The great mystery is why the voting public of debtor states continue to put up with an arrangement that ensures years of mass unemployment
If Europe’s elites seem nonchalant about the deflation threat staring them in the face, it is because they do not share the Anglo-Saxon and Japanese orthodoxy that letting it happen is an unforgivable policy failure.
The handful of officials calling the shots at the European Central Bank and Germany’s finance ministry — with applause from Italy’s hard-money “Bocconi Boys” and Spain’s “Austrian School” ultras — do not think deflation would be traumatic even if it were to happen. Some rather like the idea.
BlackRock has advised clients to be ready to pull out of global stock markets at any sign of serious trouble
BlackRock, the world’s biggest investor, has warned that central banks are poised to tighten monetary policy in the Anglo-Saxon countries and China, advising clients to be ready to pull out of global stock markets at any sign of serious trouble.
“2014 is the year to squeeze more juice out of risk assets. But investors should be ready to discard the fruit when it starts running dry,” said Ewen Cameron Watt, chief strategist for the BlackRock Investment Institute. Continue reading
Both the German public and the general public have been victim of a masterful public relations campaign, aided and abetted by an Anglo-Saxon mass media terribly ignorant of true history, which has convinced the world at large of two great lies—that Germany is now a model, peaceful democratic nation, and that it is simply not capable of raising a powerful military force to be a threat, yet again, to world peace.
Yet German power can no longer be hidden. Even certain German politicians are beginning to express concerns at the scope of the nation’s weapons industry. Continue reading
As has been discussed in previous posts, Europe is looking like it’s heading to a two tier system economically and politically. Top tier nations will be seperated into a collective of 10 or so while the remaining will reside within a periphery system, most likely for providing cheap labor. What’s also seems will happen is the creation of a two tier currency system to go along with the two tier economy. For example we could see a Euro A class and a Euro B class form of currency. Another future possibility is the return of the Deutschmark with the core nations formally adopting it while the periphery nations holding on to the Euro. It would likely be the best option with the least damage should Europe continue pushing for further integration. Meanwhile, resistance from Great Britain indicates not all are willing to subjugate themselves to Brussels/Germany. In fact, British Prime Minister Cameron suggests this is an opportunity for the unwilling to go back to the way they were before the EU formed: Sovereign nations.
German Chancellor Angela Merkel said that she supports a two-speed European Union, with a core group in the euro pressing ahead with deeper integration and the U.K. among the others relegated to Europe’s margins. Merkel’s comments, made as she prepares to host British Prime Minister David Cameron in Berlin today, underscore her differences with the U.K. leader, who is pressing for more aggressive action by euro countries to counter the financial crisis roiling the 17-nation currency zone. “Those in a monetary union will have to move closer together,” Merkel said in an interview with ARD television broadcast today. “We have to be open. We always have to make it possible for everyone” to join. “But we must not stop because one or the other don’t want to come along just yet.” … “We need more Europe, we need not only a monetary union, but we also need a so-called fiscal union, in other words more joint budget policy,” Merkel said. “And we need most of all a political union, that means we need to gradually give competencies to Europe and give Europe control.” Ceding more control to Brussels is anathema to many lawmakers in Cameron’s Conservative Party, more than a quarter of whom defied the government in October and voted in favor of a referendum on continuing British membership of the EU. Cameron said the following month that the euro crisis offered an opportunity for powers to “ebb back” from Europe to nation states. “We should look skeptically at grand plans and utopian visions,” Cameron said then. “We’ve a right to ask what the European Union should and shouldn’t do.” Merkel, in her television interview, said that EU leaders at a summit later this month will discuss a plan to transform the EU into a political union. Still, a breakthrough can’t be achieved at just one summit, she said. “The economic and political division between the Anglo- Saxon world and the ‘Germano-sphere’ is increasing,” Fredrik Erixon, head of the European Centre for International Political Economy in Brussels, said in a telephone interview.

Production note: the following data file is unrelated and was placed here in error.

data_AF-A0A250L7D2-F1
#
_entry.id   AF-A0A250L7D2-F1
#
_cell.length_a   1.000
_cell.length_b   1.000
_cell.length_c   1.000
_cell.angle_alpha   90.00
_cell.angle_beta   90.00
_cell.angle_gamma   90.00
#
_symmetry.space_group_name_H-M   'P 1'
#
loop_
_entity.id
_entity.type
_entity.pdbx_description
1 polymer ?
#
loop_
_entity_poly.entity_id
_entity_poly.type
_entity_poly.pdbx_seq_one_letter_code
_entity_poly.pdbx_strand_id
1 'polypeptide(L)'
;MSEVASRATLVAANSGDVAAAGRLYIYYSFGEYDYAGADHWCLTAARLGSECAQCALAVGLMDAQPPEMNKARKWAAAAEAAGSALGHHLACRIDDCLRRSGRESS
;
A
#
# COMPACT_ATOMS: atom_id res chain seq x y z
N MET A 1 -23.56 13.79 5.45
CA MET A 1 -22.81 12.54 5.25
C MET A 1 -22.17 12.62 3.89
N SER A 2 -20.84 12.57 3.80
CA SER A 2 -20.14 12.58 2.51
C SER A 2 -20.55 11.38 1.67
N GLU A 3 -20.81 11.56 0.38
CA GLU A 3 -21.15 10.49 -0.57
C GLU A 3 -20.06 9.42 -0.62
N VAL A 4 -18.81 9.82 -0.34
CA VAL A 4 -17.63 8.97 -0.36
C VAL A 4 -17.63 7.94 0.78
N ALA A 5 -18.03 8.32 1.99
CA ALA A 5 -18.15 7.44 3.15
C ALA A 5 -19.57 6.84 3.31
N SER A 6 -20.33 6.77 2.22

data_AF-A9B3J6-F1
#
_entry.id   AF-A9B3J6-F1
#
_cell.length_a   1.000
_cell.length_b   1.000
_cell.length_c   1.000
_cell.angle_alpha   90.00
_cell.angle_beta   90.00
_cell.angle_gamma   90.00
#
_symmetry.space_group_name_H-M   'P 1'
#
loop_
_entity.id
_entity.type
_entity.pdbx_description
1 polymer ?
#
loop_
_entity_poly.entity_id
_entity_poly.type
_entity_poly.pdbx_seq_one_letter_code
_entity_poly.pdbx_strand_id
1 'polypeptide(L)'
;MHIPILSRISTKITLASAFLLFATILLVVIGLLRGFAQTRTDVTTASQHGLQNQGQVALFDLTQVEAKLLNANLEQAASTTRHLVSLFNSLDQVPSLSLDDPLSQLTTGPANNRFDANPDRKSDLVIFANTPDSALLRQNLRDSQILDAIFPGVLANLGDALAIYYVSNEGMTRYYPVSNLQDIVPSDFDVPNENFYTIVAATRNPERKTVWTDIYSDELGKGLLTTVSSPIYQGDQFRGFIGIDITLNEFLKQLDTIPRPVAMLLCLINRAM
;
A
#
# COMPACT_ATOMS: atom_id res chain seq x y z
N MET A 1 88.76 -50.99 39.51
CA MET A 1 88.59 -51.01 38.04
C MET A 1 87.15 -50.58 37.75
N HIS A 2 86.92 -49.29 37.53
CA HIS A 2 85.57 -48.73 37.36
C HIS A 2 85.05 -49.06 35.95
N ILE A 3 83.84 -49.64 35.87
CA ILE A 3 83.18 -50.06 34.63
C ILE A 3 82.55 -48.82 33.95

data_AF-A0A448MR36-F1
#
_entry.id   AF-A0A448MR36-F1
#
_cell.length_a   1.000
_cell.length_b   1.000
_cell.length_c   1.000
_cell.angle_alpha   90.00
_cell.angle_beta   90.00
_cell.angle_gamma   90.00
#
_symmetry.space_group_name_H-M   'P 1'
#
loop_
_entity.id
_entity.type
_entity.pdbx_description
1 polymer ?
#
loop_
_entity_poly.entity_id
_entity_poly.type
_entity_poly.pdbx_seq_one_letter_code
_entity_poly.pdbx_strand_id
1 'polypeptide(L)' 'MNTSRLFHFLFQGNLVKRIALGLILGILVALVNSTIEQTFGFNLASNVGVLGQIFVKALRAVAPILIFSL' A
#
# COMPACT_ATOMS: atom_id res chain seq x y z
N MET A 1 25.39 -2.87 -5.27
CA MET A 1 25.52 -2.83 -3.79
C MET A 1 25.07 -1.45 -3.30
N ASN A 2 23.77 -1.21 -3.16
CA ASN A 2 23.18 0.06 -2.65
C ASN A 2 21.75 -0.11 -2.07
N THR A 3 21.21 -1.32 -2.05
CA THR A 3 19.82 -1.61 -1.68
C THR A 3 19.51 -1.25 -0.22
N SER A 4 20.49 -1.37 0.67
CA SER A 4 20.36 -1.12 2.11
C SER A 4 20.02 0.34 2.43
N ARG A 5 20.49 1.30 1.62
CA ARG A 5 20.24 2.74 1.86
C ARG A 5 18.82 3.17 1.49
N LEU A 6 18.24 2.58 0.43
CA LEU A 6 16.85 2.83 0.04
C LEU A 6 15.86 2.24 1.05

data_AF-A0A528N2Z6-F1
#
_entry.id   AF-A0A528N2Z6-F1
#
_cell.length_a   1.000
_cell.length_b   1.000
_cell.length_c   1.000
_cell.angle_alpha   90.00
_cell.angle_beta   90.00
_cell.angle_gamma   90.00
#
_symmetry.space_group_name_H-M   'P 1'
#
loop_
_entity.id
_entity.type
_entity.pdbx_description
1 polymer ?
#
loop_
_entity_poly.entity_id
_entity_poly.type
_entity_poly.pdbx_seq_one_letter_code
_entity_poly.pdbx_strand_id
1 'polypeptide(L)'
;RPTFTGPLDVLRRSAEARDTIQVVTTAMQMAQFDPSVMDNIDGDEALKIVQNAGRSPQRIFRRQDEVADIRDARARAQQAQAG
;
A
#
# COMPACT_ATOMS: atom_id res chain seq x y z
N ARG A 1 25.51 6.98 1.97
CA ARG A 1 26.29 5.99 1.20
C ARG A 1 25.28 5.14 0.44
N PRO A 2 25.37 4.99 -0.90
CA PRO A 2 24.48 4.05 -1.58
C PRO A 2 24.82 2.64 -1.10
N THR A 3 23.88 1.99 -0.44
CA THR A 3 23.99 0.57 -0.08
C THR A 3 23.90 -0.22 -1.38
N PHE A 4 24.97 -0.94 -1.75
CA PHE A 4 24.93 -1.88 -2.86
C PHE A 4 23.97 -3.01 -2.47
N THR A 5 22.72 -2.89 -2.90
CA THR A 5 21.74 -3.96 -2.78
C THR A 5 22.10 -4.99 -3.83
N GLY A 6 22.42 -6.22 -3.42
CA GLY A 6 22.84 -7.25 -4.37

Full article: Merkel Backs Two-Speed Europe With Core Euro in Poke at Cameron (Bloomberg)